The colour of money

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The colour of money
The market continues to shift from synthetics to naturals, but the biggest growth will be in the use of colouring foodstuffs, predicts RTS Resource

The European market for natural, nature-identical and synthetic colours in food and drink (excluding colouring foodstuffs and caramel colouring colours) is worth €361M with volume usage totalling 6,307t, according to RTS (EU refers to the 15 original members of the EU).

The largest markets are the UK, at euro 75M, closely followed by Germany, France, Italy and Spain (see pie chart, right). Europe's slow growing food market together with manufacturers' increasing avoidance of colours have had an effect on total volume growth, which currently stands at around 0.9% per year.

Spain is the fastest growing market in terms of colours usage, followed by Portugal, Belgium, Ireland and Denmark although even these are not particularly high growth rates, given the above factors. Meanwhile, growth in France, Germany and the UK is low or even in decline.

By sector, soft drinks dominate colours usage (euro 75M), followed by confectionery and meat and savoury products. However, usage in soft drinks is in slight decline.

In contrast, the use of colours in cereals and cereal bars has increased. Not only have these markets grown but so too has the proportion of added value and children's breakfast cereals. The bakery segment has also performed relatively well with regards to demand for colours.

The 'Southampton Six'

Colours help to keep foods looking fresh throughout their shelf-life or during processing, but recent events have heightened pressure on companies to choose natural alternatives to synthetic colours. However, synthetics remain in demand in areas where viable alternatives have yet to be developed.

Perhaps the most influential event affecting attitudes to synthetic colours in the last 18 months has been the University of Southampton study, which suggested that certain mixes of food colours (Sunset yellow-E110, Quinoline yellow-E104, Carmoisine-E122, Allura red-E129, Tartrazine-E102, Ponceau 4R-E124) with the preservative sodium benzoate could cause hyperactivity in children.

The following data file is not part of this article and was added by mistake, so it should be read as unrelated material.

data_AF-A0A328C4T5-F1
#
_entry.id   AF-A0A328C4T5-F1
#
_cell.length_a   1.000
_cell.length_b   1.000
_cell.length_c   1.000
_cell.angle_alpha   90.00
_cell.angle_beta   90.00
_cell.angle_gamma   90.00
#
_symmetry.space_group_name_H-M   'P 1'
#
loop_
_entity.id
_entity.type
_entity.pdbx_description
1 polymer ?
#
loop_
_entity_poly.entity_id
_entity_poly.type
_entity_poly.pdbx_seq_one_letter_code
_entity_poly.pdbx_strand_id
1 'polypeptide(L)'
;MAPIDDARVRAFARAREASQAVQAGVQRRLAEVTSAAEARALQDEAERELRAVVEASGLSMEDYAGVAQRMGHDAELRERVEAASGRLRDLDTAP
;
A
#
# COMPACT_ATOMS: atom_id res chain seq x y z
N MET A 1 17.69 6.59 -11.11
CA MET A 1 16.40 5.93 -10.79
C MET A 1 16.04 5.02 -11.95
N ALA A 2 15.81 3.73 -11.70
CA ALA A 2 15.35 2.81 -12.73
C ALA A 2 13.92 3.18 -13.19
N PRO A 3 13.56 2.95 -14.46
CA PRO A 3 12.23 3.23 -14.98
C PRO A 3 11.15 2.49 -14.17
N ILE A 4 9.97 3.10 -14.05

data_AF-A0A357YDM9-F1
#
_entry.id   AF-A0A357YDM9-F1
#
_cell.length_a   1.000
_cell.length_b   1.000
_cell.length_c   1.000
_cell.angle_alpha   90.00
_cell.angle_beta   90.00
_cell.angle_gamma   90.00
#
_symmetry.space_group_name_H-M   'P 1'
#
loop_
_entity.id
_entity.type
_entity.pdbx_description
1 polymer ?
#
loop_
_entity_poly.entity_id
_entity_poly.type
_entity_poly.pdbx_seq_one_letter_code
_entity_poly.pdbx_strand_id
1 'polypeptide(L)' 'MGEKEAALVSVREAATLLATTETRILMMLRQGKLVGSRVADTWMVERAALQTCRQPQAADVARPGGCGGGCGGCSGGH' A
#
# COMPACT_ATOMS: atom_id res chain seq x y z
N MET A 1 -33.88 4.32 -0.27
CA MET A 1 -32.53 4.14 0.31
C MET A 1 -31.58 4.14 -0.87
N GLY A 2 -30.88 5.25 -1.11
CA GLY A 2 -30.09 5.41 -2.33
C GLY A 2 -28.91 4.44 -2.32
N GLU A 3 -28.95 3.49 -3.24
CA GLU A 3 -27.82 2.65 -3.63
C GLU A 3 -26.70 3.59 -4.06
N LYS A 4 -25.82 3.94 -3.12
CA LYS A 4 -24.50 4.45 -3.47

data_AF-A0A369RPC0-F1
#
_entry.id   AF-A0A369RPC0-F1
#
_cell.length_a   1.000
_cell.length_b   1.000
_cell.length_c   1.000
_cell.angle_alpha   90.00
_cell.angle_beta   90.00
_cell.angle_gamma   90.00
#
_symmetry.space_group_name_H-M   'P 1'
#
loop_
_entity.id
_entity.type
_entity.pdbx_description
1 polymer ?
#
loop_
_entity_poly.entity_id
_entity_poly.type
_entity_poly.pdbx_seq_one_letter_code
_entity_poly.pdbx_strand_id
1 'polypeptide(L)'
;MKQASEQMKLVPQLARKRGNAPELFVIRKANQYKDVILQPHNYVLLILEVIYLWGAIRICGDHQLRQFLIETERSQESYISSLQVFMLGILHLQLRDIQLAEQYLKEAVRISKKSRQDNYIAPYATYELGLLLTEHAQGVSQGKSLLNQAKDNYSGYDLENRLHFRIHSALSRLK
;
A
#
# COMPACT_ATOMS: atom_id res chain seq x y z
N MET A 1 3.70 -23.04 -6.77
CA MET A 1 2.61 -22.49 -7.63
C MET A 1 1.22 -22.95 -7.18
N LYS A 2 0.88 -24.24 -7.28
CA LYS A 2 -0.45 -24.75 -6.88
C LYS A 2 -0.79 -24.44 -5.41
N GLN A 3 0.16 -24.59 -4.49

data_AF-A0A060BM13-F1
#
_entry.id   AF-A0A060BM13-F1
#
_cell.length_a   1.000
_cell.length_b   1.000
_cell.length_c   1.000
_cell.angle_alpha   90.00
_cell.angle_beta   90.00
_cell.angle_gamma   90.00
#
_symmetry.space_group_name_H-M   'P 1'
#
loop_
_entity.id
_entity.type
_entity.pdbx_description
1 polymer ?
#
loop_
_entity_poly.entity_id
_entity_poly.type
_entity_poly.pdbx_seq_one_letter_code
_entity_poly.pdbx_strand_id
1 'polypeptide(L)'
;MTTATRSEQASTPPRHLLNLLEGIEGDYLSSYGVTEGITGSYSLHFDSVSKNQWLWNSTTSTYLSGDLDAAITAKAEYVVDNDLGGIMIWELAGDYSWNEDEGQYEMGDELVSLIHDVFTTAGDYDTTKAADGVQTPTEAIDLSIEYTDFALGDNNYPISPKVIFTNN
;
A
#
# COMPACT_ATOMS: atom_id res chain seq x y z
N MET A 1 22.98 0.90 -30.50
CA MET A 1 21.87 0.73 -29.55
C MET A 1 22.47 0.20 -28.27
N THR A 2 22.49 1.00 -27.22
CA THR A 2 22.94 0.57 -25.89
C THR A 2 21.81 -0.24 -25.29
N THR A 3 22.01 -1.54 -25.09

Despite the European Food Safety Authority's conclusion that changing acceptable daily intakes of these colours was unnecessary, the UK Food Standards Agency pressed for regulatory action and the European Parliament has since agreed that all products using the 'Southampton six' must also state: 'May have an adverse effect on activity and attention in children.'

While some controversy remains around its findings, the Southampton study has encouraged many retailers and manufacturers to reformulate products containing the above colours. While this is not a new phenomenon in that many companies have been working for years to replace artificial colours, this study was significant in accelerating the process.


RTS forecasts show that growth in the colours market will continue to be low in the future. Usages in some segments will decline and, in others, become static. At the same time, there will be less opportunity to add value, given overall market conditions.

Although there will continue to be some movement from synthetic and nature identical colours (synthetic colours that are chemically identical to natural colours) to naturals, especially as more stable naturals are developed, more manufacturers will choose to use colouring foodstuffs (which are showing significant growth) or use no added colour at all

For details contact Jamie Rice on 01902 422282 See

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